The short little needles just above them are also made of rosewood and you use them for working the edges of shawls, although the Open Sky shawl doesn’t use this technique I’ve got a couple of patterns all lined up for this year where you need to use them….holding them I feel like a giant…ahhgrrrr….(that’s my giant noise)

Norwegian wool

I’ve mentioned our friends in Norway before, Saski and Hania and not so baby Ivo (he’s two soon and looks so rosy cheeked and happy in the pictures his mum and dad send us)…they always gift me lovely local presents from Norway and when it gets cold I wear my thick Norwegian mittens and half fancy myself as a character from The Snow Queen….this year when Goska asked if there was anything I’d like I immediately said “wool please”….I was expecting perhaps one ball, maybe two…instead, Christmas Eve the postman staggered to the door holding a huge parcel, 8 balls of the most robust dense sheepy scented wool you could wish for…..there are 4 balls of this lovely donkey grey and 4 of the milkiest white…..I vaguely know what I’d like to knit (short sleeved cardigan/tunicy thing, just a couple of buttons and scoopy necked) but haven’t yet seen a pattern that’s quite right so perhaps it’ll be something I can design once my knitting skills have improved a bit.

Anyway, after I’d un-ravelled the shawl Christmas day, I cast on a few stitches with the Norwegian wool to see how it felt….it’s very thick and quite felty feeling, the colour isn’t solid and instead is broken up by tiny flecks of lighter grey. ย The stocking stitch is as soft as the spot behind a rabbits ear, and the seed stitch edge feels all nubbly and delicious against my fingertips.

hues from september

Finally the most exciting news (for me it’s exciting….and I do appreciate if you found my blog because of my patchwork you’re thinking not that blooming old shawl again)….is that the Open Sky shawl is all finished (for the second time ) so trumpety fanfares and I’m feeling so pleased……it’s currently all stretched out and pinned in the middle of our front room on blocking mats…..once it was off the needles Bernard of course made a beeline for it and so there are sections where it’s already grellowy… grey smudges of fur as a sign of “guess who’s been here”…..he keeps walking up to it, staring right at me as he pats it then it’s lamb kicks and high jinks before he runs off before he can get told off.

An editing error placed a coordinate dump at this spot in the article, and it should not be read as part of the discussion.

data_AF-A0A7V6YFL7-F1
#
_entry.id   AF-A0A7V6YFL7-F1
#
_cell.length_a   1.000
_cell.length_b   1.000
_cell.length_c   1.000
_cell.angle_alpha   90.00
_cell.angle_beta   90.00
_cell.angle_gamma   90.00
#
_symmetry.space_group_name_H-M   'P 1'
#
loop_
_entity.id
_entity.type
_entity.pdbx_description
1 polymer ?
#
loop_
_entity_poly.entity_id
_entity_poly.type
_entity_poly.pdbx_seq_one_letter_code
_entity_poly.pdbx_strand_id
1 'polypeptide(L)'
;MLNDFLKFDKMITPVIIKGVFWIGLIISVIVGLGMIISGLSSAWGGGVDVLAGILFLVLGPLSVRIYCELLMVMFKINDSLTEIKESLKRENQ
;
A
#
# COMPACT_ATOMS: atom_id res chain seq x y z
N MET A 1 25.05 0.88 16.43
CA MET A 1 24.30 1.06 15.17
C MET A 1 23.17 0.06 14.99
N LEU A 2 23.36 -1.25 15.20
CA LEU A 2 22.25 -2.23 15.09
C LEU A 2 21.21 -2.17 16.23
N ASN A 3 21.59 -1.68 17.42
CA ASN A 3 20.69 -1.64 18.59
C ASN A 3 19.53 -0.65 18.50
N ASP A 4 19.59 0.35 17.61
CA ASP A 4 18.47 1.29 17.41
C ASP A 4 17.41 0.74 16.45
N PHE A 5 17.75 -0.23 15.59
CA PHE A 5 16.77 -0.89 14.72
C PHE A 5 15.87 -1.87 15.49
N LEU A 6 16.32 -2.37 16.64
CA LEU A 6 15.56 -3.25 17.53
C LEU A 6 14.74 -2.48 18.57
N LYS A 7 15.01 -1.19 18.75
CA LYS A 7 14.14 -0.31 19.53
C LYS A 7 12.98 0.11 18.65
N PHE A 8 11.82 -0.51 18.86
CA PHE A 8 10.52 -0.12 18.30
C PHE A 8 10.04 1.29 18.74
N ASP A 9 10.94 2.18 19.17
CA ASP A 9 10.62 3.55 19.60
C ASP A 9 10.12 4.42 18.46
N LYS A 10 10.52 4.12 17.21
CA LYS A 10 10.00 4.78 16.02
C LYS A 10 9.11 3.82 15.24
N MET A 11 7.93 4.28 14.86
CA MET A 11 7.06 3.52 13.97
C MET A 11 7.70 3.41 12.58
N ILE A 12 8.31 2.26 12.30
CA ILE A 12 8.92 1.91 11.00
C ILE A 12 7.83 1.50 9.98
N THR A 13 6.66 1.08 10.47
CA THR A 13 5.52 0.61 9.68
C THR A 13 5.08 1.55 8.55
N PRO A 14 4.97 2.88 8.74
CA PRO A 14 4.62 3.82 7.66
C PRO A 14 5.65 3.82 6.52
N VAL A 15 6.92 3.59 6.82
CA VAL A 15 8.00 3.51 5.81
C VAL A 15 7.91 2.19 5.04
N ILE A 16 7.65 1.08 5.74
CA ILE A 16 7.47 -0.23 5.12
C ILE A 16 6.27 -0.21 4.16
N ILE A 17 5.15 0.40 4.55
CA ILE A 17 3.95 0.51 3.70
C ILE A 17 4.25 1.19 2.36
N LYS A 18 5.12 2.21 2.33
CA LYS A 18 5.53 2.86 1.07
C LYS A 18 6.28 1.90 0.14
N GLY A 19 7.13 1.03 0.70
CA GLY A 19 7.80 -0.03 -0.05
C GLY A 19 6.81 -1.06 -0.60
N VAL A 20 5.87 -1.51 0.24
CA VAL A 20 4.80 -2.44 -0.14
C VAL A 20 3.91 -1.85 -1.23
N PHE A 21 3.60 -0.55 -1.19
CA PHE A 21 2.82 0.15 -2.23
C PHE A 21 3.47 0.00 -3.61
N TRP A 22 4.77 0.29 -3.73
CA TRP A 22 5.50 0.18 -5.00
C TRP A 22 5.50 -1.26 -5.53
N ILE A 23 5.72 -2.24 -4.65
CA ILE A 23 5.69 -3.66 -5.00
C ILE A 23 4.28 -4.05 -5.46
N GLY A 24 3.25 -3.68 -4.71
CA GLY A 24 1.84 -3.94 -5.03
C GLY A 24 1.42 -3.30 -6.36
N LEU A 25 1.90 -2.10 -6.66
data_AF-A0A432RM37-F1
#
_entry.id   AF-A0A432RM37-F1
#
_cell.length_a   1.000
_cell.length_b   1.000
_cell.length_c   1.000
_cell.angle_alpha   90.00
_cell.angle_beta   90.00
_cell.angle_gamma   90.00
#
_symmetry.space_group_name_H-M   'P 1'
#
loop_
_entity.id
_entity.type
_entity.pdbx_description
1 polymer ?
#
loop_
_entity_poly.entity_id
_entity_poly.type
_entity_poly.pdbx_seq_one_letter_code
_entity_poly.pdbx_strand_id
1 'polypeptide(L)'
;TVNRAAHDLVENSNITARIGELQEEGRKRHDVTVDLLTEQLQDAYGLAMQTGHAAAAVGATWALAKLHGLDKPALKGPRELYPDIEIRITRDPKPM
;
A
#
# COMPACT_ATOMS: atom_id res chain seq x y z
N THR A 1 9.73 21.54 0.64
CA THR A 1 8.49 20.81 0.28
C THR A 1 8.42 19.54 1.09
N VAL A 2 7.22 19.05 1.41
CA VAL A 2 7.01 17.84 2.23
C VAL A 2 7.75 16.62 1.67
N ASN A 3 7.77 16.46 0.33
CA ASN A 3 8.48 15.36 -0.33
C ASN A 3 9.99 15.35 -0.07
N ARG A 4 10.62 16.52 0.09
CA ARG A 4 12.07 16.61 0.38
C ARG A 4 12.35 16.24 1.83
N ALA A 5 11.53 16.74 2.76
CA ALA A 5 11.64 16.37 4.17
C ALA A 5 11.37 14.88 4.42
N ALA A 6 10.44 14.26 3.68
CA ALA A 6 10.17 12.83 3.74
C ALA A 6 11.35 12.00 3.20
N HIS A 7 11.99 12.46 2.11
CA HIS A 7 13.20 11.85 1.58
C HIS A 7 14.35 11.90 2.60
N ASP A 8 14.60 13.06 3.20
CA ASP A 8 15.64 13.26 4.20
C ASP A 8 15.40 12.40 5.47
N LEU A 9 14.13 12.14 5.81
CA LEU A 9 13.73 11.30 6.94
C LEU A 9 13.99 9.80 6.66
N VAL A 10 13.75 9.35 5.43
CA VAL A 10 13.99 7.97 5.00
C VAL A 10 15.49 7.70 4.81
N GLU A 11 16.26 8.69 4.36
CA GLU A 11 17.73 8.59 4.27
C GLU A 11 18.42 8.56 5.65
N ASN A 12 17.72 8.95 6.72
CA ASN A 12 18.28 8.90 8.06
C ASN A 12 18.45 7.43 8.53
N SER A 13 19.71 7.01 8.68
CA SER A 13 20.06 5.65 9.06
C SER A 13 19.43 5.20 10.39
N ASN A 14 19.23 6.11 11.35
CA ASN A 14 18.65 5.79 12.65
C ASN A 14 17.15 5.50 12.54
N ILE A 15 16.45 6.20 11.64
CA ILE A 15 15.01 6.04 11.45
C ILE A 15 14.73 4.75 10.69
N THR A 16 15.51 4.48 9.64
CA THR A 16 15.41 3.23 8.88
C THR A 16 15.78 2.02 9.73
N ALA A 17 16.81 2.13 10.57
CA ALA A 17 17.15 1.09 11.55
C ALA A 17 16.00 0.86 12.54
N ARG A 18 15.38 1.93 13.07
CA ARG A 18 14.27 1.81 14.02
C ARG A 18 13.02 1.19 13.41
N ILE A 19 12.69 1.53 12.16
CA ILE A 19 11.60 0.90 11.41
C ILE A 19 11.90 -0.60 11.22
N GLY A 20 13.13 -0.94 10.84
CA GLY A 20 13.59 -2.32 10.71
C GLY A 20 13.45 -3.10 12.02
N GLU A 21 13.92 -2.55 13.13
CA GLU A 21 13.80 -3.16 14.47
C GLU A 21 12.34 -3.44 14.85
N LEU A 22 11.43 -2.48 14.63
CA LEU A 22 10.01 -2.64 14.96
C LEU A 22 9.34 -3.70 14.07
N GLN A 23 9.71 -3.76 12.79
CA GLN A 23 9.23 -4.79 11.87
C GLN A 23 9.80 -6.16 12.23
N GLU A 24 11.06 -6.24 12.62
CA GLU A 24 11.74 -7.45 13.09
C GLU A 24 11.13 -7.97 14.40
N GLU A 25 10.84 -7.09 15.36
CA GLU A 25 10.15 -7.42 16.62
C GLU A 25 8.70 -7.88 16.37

To be perfectly honest it’s my fault as for the first couple of days after finishing it I wore it in the evenings as I was feeling the pip somewhat, and Bernard gave me such a look, jumped up and gently pawed at it…I didn’t have the heart to refuse him so plumped up a cushion and laid out my just finished shawl for him to curl up on… my boyfriend sat there all open mouthed not quite believing what a push over I am when it comes to Bernard having his own way….purrs and paddy paws of appreciation went some way to assuring me I wasn’t a daft old ha’peth but after some minutes spent picking off tufts of felting cat fur and I’m sort of having second thoughts about being quite so free and easy with my shawl sharing.